If you are an old codger lumper rather than an old codger splitter you will have fewer misidentifieds (probably not a word) I'm sure. It's just a day in the life of a Micromounter.
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William Moats June 20, 2017 02:10AM
Again, a common issue for micromounters. I estimate there are only a few percent of my specimens that are misidentified. And I can live with this. All are properly labeled as to locality. My current concerns are labels -- some of my older mounted specimens have locality data that do not meet my current standards for specificity. Also, I'm concerned about misspelled words, especially for foreign localities. Fortunately, Mindat locality data will be helpful for a long-term goal of mine to review all locality labels for errors and making corrections and improvements.
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Donald B Peck June 20, 2017 03:02AM
When I wrote the first entry in this thread, I meant it more as a philosophical piece than a statement of reality. And I agree that it has become a discussion , as Joseph said, of "location, location, location". That is OK. I really believe that the locality is more important than the species name. A few years ago Steve Chamberlain (Rochester Symposium) and Rock Currier got through to me. Steve's collection suffered a fire in which labels and specimens were completely jumbled. Rock wrote a piece about labeling. As a result I changed my practices. I use black paper liners in my micro boxes and I print a label with species, complete location, and catalog number in 5pt. type that is stuck to the underside of the liner. I call it my "Fail safe" label. (My cabinet pieces have similar small labels glued in inconspicuous places). And mindat has become my authority for spelling and geography for locality. Further, mindat has made cataloging simple . . . it is mostly copy and paste. Perhaps it is my training in the sciences, but to me, an aggregation of rocks/minerals without good labeling and a catalog is not a collection.
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Alysson Rowan June 20, 2017 10:10AM
Dana Morong Wrote:
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> A large micromount collection (meaning lots of tiny specimens) stored for years at a college in
> New England area, lost some of its locality information because of what happened years after
> the original collector quite responsibly wrote down locality data on file cards. ... The only way
> to get the location was by the file cards.


This is one of my big nightmares. The original collector would have done well to attach a label to the underside of the cards.

I am in the process of converting my entirely electronic database to cards as well as electronic.

While my specimens are all numbered, a part of the review of my collection is to attach small, informative labels, similar to the ones I put on the underside of my micros/thumbnails boxes. I gave up looking for a non-drying self-adhesive label, and have taken to attaching an un-gummed laser printed label (just on white paper) using wood glue (it can be peeled of, at a pinch).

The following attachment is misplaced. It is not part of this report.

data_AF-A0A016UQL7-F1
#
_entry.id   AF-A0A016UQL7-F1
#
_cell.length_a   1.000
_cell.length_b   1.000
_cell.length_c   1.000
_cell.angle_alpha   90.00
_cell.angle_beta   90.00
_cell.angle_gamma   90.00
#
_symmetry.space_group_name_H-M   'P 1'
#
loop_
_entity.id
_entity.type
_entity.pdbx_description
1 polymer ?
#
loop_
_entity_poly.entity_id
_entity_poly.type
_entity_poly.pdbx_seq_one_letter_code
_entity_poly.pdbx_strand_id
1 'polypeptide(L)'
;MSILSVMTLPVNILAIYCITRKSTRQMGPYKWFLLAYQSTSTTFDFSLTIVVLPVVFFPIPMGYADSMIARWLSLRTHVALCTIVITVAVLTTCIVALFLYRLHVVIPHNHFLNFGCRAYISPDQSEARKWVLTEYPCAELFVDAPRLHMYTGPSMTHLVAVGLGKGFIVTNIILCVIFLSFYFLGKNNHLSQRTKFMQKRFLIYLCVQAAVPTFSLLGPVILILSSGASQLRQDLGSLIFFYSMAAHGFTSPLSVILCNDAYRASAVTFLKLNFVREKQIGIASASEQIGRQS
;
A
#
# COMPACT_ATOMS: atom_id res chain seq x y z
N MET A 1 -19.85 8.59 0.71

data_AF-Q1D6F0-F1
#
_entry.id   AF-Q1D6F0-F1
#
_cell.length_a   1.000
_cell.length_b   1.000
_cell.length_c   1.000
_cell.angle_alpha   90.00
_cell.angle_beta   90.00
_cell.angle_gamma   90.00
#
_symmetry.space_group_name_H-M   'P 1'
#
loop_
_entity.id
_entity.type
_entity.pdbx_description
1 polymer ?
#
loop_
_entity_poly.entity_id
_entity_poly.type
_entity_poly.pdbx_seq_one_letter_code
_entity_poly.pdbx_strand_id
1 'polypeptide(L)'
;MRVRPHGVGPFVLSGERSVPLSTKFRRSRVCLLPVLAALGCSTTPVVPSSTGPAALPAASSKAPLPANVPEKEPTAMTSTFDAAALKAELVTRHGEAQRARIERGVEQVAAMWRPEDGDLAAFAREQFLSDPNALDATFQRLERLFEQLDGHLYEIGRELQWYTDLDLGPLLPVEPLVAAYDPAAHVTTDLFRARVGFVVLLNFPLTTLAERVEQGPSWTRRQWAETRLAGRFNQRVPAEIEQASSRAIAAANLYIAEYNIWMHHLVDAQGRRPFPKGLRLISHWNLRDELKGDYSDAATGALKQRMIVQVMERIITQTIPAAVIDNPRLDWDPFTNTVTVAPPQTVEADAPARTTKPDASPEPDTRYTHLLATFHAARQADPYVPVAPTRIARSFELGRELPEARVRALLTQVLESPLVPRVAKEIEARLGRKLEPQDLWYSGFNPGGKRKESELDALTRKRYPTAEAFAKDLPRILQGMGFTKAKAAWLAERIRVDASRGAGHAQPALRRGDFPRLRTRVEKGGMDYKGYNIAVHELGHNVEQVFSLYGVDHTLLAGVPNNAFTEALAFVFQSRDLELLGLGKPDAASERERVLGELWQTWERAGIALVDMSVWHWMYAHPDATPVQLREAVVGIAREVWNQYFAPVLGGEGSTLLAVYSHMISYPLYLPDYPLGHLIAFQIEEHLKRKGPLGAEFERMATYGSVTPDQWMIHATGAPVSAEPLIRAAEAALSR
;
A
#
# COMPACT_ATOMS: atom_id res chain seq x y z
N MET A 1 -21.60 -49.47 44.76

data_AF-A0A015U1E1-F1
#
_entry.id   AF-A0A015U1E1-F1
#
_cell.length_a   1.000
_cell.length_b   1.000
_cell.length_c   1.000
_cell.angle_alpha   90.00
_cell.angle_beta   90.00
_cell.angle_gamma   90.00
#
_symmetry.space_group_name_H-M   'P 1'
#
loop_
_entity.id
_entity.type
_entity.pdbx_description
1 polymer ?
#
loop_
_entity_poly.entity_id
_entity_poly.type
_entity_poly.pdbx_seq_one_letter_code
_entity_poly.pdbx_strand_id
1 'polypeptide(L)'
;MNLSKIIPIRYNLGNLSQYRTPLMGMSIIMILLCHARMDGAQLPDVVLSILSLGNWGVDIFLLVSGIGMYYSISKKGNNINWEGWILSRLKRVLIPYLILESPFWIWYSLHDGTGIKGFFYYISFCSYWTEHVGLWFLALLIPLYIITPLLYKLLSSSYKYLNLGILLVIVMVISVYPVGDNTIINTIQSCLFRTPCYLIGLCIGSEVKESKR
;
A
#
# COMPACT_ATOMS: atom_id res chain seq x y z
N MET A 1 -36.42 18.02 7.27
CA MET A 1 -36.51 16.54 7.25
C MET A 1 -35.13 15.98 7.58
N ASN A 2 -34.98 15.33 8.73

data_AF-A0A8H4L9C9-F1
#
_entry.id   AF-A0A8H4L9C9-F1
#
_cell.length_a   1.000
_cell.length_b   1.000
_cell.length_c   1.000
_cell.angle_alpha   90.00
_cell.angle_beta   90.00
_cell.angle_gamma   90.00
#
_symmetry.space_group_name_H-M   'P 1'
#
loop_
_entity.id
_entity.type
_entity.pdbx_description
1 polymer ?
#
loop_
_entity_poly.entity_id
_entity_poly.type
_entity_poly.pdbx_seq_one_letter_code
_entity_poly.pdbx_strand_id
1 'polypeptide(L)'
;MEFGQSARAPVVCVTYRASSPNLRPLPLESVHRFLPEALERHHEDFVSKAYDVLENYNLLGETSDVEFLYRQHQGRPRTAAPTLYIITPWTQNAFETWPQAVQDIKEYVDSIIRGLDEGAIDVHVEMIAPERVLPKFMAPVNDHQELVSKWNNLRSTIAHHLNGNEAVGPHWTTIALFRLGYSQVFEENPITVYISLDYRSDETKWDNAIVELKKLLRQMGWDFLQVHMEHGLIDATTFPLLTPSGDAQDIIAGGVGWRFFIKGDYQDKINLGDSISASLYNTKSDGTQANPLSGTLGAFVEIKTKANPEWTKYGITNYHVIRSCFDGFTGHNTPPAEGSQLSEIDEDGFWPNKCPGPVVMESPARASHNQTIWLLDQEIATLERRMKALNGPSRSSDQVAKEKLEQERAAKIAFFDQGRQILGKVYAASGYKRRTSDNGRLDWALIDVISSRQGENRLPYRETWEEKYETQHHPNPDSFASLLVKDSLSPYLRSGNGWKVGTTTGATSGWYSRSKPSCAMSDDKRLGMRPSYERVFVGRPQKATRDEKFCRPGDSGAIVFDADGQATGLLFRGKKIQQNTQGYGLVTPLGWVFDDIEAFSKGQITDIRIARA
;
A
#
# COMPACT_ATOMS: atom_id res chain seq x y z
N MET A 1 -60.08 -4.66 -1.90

Of course, a lot of my early (purchased) specimens arrived without a good point of origin.
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Alysson Rowan June 20, 2017 10:21AM
Donald B Peck Wrote:
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> ... Perhaps it is my training in the sciences, but to me, an
> aggregation of rocks/minerals without good labeling and a
> catalog is not a collection.

I would have said a collection of curios (or a work in progress).

Labelling is, for me, a part of the accession process - though it
does begin at the point of collection. Unfortunately, my early
decisions on labels (45 years back) were based on what resources
I had available as a teenager - unintelligable handwriting
notwithstanding.

Applying retroactive labels is a long and tedious task - happily, most
of my early collection was more about aesthetic than scientific, and
is really not that high a priority for better labels (they are just numbered).

I find that I look at my early attempts at labelling, and I cringe. Thank
goodness for computers and laser printers.
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John Collins June 20, 2017 12:56PM
Hi All,

Re https://www.mindat.org/photo-800956.html
My massive millerite specimen obtained in 2015 from the Sudbury region had worried me early on as I had learned in my mineralogy course (thanks to Digger Gorman) of the usual acicular appearance of this sulphide. I was thinking that my big crystal chunk might actually be pentlandite. But thanks to the numerous excellent photos of millerite in mindat similar to mine, I am now confident that my specimen is correctly identified. Millerite does occur as large cleavable masses as well as in its common form. I am lucky to have the one I purchased.


Regards,

John